He was cooked to death in the back of a prison van. Neither the negligent white prison guards, nor the cost cutting private prison company responsible for his death will have to answer for it.
From the ABC:
No charges to be laid over prison van death
Western Australia’s Director of Public Prosecutions has informed the widow of an Aboriginal elder who died in a scorching prison van in 2008 that the officers involved in his death will not be charged.
In 1992 the Australian crime thriller Deadly told the story of a white vidmate cop sent to cover up the death of a black man in an outback community. In that delightful piece of utter fiction, the copper gave a damn, and set about finding out ‘the truth’.
In 2010, we just throw money at the widow and tell her where to shove justice.
Ngaanyatjarraku Shire president Damien McLean says the DPP told Mrs Ward in person that the prospect of a conviction – given all of the facts – was non-existent.
The Ward family received a $200,000 interim ex-gratia payment from the State Government following Mr Ward’s death.
By way of comparison, when a white man is wrongfully locked up, he’s a good shot at a few million dollars.
At least there was a coronial inquest. I suspect the heroic actions of a few people of Palm Island contributed to that.
If there was such a thing as justice, the charge for those who killed Mr Ward would be criminally negligent manslaughter.
“In order to establish manslaughter by criminal negligence, it is sufficient if the prosecution shows that the act which caused the death was done by the accused consciously and voluntarily, without any intention of causing death or grievous bodily harm but in circumstances which involved such a great falling short of the standard of care which a reasonable man would have exercised and which involved such a high risk that death or grievous bodily harm would follow that the doing of the act merited criminal punishment.”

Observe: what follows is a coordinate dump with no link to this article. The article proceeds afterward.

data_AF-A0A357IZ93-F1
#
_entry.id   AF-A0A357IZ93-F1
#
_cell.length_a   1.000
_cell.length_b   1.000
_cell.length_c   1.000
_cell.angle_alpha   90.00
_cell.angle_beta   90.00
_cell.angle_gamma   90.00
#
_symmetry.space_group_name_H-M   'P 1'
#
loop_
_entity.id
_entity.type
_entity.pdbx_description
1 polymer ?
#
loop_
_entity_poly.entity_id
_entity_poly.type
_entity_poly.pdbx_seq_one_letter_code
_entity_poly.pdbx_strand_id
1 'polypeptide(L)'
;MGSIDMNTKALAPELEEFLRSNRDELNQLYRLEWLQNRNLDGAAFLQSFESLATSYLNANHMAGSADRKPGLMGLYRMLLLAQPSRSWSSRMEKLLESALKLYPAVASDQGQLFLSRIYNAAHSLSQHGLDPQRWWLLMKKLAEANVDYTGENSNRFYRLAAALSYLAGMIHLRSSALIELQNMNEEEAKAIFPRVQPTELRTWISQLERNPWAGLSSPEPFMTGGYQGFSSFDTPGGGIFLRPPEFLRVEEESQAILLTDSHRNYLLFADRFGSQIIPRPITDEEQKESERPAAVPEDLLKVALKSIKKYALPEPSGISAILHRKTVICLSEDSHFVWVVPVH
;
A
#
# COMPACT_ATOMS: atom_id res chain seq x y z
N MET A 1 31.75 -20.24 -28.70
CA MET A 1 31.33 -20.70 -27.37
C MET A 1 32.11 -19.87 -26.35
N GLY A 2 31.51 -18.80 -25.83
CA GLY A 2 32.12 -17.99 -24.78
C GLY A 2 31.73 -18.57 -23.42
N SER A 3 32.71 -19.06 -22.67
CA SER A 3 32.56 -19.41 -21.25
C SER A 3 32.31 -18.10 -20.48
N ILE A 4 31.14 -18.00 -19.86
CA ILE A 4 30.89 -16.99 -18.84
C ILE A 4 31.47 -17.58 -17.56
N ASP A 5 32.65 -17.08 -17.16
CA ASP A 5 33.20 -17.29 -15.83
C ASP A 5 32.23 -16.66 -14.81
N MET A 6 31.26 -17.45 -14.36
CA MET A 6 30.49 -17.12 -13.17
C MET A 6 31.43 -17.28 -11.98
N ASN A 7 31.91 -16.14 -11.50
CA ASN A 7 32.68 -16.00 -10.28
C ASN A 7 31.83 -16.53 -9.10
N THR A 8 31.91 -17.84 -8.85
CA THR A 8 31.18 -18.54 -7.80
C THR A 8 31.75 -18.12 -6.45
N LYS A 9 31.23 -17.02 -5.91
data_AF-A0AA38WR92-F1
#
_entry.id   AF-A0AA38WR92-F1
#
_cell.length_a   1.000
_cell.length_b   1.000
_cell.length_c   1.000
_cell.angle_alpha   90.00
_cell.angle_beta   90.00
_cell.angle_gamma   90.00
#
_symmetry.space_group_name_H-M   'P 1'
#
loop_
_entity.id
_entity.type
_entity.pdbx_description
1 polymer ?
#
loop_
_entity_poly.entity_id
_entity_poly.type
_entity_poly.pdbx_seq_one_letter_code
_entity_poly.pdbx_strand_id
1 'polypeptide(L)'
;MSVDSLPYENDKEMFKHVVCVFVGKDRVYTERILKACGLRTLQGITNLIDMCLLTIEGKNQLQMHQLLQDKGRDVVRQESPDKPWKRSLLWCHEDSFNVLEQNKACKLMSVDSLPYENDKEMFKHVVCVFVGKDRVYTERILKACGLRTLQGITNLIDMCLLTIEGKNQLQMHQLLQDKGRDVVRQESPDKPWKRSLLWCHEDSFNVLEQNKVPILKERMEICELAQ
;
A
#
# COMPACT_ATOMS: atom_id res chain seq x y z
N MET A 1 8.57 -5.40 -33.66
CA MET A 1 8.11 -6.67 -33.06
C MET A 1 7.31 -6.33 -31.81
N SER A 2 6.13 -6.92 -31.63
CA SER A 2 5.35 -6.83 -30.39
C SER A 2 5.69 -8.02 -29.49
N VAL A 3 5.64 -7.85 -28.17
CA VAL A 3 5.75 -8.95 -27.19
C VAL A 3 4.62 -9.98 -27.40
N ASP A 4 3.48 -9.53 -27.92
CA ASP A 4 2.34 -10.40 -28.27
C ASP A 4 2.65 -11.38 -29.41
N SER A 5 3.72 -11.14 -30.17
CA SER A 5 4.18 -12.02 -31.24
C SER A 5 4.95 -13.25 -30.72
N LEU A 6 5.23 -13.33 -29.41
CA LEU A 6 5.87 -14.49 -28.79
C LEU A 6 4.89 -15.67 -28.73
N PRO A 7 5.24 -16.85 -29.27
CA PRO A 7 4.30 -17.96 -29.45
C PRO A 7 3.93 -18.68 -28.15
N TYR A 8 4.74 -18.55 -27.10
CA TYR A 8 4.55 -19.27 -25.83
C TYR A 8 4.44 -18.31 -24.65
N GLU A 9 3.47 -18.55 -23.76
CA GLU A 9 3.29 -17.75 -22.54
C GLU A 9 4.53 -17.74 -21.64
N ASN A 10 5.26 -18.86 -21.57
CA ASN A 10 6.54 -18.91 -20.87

Hows this for a possible manslaughter by criminal negligence prosecution?
In a small community in the Western Australian desert, on a day where temperatures exceeded 40 degrees Celsius, two white prison guards working for a private prison contractor, locked an over weight 36 year old aboriginal man in a tin can for four hours.
They knew that the required air conditioning was not working, and that the monitoring camera was not working.
They did not perform required checks, allow required stops, or provide required water. He sustained third degree burns as the temperature of the metal exceeded 56 degrees, and died.
Of course, in this country a white jury would never convict. Townsville confirmed that.
In such circumstances, the Palm Island example seems perfectly legitimate. Perhaps there’s a private prison company who should double check the sprinkler system at their corporate offices? We can only hope.